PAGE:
Wednesday, August 5, 2009

A sartorial scenario

Here’s an interesting dilemma:

Read and discuss.

Disclaimer: The following scenario is based on recent events here in TRLEOOB** a work of complete fiction. Any resemblance to a member of the Shiputzim family is purely intentional coincidental.

Picture this:

You’re a typical Israeli teenager about to head out on your machaneh (מחנה - literally, “camp” – refers to 2-7 days of sleeping outside in the mud*).

On one hand, you want to look good. Given your age, this means that you can only wear clothes which are “normal”. (Ed. note - If you have to ask what “normal” means, you’re clearly too old to understand.)

On the other hand, your Anglo mother insists that you only take clothes which are “suitable” for sleeping outside in relatively primitive conditions. According to your mother’s definition, “suitable” means she won’t mind if they get ruined.

If your clothes were to be represented by a Venn diagram (after all, your parents DID study new math – much to your grandparents’ consternation), the intersection of Set A (your “normal” clothes) and Set B (your “suitable” clothes) would be fairly small.

As it so happens, this year, you’ll IY”H be away for seven days – including a three-day gichah (גיחה – literally, excursion or sortie) without access to a shower. (Ed. note – Eww!)

In other words, you need to supplement the aforementioned intersection of Set A and Set B with clothes from either Set A or Set B.

What do you do?

Please leave your answers in the comment section.

Don’t forget to show your work...



*Here’s what I wrote last year when a certain Shiputzim child returned from her machaneh. (BTW, that post also includes a great idea for a one-day tiyul.)

**TRLEOOB=the real life equivalent of our blog


  1. I guess that is the difference between boys and girls. YAT would rather not take what his mother feels is a reasonable amount of changes of clothing,("I am not going to use them either way") and just fill the tik with the appropriate food/nash etc.

    We will see if IST will give me a harder time, but I think she may still be young enough to be convinced on what is accaptable.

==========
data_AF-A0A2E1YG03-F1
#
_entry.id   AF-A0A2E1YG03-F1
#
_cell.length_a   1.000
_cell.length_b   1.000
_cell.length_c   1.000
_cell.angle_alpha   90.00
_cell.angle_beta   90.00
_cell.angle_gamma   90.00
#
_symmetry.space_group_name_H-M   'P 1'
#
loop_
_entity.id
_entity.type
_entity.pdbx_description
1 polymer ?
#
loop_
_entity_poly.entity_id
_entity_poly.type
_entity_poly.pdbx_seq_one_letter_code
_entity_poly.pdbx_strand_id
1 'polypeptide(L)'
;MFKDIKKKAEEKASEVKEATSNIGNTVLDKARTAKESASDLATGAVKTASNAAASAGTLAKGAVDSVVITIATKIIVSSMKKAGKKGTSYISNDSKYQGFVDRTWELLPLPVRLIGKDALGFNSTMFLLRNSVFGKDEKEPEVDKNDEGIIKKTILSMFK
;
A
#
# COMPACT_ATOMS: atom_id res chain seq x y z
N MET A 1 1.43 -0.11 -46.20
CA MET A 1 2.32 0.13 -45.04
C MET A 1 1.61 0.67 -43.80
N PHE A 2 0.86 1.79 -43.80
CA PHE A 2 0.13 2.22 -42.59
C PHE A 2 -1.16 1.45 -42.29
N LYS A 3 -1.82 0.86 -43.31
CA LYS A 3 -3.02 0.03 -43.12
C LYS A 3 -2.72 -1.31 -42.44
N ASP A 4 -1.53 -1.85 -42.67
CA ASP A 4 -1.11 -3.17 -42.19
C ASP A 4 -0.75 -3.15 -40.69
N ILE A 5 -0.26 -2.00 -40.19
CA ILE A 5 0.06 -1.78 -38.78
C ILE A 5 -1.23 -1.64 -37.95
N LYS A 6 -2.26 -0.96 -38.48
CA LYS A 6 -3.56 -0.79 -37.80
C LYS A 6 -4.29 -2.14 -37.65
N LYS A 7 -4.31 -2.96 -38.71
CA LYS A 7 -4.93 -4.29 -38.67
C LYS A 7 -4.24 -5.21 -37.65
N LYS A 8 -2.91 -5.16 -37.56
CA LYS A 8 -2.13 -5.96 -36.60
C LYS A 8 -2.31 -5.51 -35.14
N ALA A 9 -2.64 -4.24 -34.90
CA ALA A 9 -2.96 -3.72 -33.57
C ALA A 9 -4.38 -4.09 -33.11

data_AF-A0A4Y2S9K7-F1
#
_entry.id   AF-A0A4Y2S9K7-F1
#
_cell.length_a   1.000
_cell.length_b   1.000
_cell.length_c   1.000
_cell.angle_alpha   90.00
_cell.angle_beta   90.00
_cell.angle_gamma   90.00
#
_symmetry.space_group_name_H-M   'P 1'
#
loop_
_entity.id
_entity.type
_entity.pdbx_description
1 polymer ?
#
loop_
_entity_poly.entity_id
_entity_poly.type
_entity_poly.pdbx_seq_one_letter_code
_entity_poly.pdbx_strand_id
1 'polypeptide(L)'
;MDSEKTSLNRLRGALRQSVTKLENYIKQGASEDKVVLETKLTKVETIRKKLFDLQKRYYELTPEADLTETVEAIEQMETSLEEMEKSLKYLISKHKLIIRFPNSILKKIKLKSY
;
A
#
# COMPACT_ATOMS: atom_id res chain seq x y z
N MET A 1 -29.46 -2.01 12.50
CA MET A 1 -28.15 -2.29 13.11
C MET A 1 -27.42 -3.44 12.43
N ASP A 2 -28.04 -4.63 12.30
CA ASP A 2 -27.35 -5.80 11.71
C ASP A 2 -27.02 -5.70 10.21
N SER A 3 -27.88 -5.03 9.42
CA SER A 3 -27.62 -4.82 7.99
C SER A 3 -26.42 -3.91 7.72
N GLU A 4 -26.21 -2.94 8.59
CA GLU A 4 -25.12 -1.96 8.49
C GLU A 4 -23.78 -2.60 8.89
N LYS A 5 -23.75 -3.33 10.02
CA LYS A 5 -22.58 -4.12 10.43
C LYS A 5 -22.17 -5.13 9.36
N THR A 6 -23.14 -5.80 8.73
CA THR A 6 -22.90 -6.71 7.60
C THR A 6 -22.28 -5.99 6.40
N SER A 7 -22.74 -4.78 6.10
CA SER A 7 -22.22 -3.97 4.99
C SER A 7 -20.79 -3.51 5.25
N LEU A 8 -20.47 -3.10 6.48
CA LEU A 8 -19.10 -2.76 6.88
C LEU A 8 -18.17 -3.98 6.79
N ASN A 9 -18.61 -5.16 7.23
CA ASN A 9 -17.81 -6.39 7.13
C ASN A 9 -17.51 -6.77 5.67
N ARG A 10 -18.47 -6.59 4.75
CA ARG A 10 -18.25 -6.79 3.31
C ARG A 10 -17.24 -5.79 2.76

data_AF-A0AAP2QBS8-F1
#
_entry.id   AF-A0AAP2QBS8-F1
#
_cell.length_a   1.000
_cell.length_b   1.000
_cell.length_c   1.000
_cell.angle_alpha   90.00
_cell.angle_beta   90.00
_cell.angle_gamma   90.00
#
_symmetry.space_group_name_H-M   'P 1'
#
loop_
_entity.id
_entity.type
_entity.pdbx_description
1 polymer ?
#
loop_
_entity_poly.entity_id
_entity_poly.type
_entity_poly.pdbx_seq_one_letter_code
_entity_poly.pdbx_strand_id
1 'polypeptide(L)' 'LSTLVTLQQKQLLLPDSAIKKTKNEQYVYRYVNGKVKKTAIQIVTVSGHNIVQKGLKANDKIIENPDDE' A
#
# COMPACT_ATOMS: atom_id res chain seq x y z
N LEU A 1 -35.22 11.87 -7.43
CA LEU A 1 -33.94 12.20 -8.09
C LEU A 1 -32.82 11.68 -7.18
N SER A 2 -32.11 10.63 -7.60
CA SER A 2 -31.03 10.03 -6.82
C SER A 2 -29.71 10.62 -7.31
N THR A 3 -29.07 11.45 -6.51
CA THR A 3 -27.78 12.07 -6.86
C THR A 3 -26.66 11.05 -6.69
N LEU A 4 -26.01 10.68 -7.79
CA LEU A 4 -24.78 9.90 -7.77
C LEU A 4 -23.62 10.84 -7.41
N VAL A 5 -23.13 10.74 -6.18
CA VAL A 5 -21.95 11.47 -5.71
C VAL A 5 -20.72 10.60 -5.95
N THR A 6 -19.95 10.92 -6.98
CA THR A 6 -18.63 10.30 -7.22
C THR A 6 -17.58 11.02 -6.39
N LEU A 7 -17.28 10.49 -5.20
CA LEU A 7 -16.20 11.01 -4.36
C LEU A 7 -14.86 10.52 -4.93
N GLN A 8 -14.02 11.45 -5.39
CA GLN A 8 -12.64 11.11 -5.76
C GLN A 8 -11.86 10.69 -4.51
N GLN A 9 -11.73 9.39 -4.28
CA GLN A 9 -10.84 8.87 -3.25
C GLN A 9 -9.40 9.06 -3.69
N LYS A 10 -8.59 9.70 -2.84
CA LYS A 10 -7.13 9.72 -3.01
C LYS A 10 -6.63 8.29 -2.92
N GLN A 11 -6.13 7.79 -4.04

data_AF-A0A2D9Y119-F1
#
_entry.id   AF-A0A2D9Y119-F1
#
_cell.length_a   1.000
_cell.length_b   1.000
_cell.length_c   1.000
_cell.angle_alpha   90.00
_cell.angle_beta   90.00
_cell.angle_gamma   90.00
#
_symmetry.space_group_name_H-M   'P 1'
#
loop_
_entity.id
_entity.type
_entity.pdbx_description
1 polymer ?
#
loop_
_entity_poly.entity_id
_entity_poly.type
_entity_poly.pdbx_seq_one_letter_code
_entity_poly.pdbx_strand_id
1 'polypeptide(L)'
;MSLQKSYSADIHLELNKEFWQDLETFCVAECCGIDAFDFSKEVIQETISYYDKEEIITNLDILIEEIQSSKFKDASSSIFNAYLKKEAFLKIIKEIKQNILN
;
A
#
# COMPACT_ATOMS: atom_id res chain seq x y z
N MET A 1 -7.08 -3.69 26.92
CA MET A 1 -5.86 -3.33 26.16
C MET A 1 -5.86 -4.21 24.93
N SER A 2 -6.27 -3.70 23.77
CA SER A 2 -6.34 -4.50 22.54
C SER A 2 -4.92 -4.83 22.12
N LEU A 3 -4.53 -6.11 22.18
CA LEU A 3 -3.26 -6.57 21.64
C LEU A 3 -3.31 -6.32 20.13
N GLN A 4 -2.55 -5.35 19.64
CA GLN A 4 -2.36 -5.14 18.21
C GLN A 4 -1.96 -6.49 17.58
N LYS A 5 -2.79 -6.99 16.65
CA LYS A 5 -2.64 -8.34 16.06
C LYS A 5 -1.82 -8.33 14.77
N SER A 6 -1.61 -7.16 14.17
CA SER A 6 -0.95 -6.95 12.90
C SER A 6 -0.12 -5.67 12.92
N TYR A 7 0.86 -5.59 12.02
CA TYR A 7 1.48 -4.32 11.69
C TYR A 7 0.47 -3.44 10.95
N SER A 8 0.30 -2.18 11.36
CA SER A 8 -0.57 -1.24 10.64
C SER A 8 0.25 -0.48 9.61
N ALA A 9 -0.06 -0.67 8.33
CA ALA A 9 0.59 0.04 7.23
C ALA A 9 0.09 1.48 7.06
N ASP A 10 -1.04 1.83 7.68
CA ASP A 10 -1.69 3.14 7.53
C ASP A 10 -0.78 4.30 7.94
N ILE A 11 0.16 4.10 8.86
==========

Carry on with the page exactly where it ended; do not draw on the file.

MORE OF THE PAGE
2. I'll leave the logic puzzle to your other commentators.

    A neighbor a block away told me of another neighbor (who happens to be incredibly wealthy) who bought all her boys a month's worth of white shirts for camp and said, don't bring them back. Now there's an interesting idea.

  3. Many many many years ago (1986) when I was living in Israel my cousin from the states came on a machaneh with me. Her mother insisted on packing an actual suitcase full of clothes. We dragged that nice expensive suitcase up and down the mountain and wore 3 t-shirts that week. When we got back the suitcase was full of bugs and we were filthy. My cousin still says that was one of the best weeks ever!!
    Answer: let her pick her clothes with a reminder that anything ruined will be worn that way, then stick a few ratty t shirts in the bag as a precaution.
    Thanks for the memory.

  4. k'ilu duh-- you take from set A. No matter what Mom says, it'll all come clean in the wash, won't it?

    (If the kids are old enough, save the resulting mess. There's a chance that at least one garment will (a) fit and (b) still be considered normal next year for machaneh.

  5. three outfits is totally enough for a week.
    Also school shirts with no monogram for 7 shek a piece... acceptable?

  6. RCT - "I am not going to use them either way"
    Well, at least he's being honest...

    Leora - Disposable clothes? That's one way to avoid the post-Nine Days laundry marathon...

    Chedva - Good answer! I like your thinking.

    Moze - Ironically, she didn't want to take her chultzat tenu'ah to the machaneh, because it's ruined from last year...

    LeahGG - Hmm. That's a tough one. 7 NIS a shirt (where does one find this?!) means that it's suitable for the machaneh. But only a teenager could tell you if such a shirt is "normal"...

  7. Try and insist on adding clothes from Set B while allowing clothes from Set A. Heavier maybe but then you'll feel better.
    Suggest the teenager phone a friend (pick a sensible one) to ask what (s)he is taking.
    Pray that whatever happens will teach her (?) a lesson. But don't be too hopeful on this one!

  8. Ilana-Davita - Thanks for all those great suggestions!
    Enjoy your vacation!

  9. My little one just left for her machaneh minutes ago. No problem with the clothes but she insisting on packing the stuff in her new weekend bag that someone got her for her bat mitzvah. It WILL get ruined, I just hope she's not to disappointed when it does.

  10. Baila - It never ceases to amaze me how Every. Single. Thing. that the kids take on the machaneh comes back covered in dirt...


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